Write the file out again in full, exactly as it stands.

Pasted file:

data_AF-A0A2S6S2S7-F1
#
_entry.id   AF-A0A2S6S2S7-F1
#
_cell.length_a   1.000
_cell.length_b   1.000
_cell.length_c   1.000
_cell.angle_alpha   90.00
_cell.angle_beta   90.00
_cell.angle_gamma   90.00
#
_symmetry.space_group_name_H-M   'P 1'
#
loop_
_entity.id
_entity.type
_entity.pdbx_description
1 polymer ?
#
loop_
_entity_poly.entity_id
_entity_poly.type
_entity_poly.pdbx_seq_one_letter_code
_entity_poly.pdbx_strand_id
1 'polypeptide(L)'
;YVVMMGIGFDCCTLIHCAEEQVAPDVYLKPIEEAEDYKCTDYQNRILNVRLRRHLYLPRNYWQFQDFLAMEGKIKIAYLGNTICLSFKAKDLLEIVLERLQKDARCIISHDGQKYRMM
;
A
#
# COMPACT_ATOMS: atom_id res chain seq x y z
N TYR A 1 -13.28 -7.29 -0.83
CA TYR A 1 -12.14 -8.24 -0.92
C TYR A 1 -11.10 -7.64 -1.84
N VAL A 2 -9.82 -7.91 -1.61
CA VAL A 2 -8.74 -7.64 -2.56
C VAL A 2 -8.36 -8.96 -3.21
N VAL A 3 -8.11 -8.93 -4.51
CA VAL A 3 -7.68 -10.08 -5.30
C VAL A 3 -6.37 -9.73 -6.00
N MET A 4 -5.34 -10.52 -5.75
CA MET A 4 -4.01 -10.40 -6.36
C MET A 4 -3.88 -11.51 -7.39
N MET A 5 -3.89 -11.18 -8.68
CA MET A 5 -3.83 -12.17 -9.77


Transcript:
data_AF-A0A2S6S2S7-F1
#
_entry.id   AF-A0A2S6S2S7-F1
#
_cell.length_a   1.000
_cell.length_b   1.000
_cell.length_c   1.000
_cell.angle_alpha   90.00
_cell.angle_beta   90.00
_cell.angle_gamma   90.00
#
_symmetry.space_group_name_H-M   'P 1'
#
loop_
_entity.id
_entity.type
_entity.pdbx_description
1 polymer ?
#
loop_
_entity_poly.entity_id
_entity_poly.type
_entity_poly.pdbx_seq_one_letter_code
_entity_poly.pdbx_strand_id
1 'polypeptide(L)'
;YVVMMGIGFDCCTLIHCAEEQVAPDVYLKPIEEAEDYKCTDYQNRILNVRLRRHLYLPRNYWQFQDFLAMEGKIKIAYLGNTICLSFKAKDLLEIVLERLQKDARCIISHDGQKYRMM
;
A
#
# COMPACT_ATOMS: atom_id res chain seq x y z
N TYR A 1 -13.28 -7.29 -0.83
CA TYR A 1 -12.14 -8.24 -0.92
C TYR A 1 -11.10 -7.64 -1.84
N VAL A 2 -9.82 -7.91 -1.61
CA VAL A 2 -8.74 -7.64 -2.56
C VAL A 2 -8.36 -8.96 -3.21
N VAL A 3 -8.11 -8.93 -4.51
CA VAL A 3 -7.68 -10.08 -5.30
C VAL A 3 -6.37 -9.73 -6.00
N MET A 4 -5.34 -10.52 -5.75
CA MET A 4 -4.01 -10.40 -6.36
C MET A 4 -3.88 -11.51 -7.39
N MET A 5 -3.89 -11.18 -8.68
CA MET A 5 -3.83 -12.17 -9.77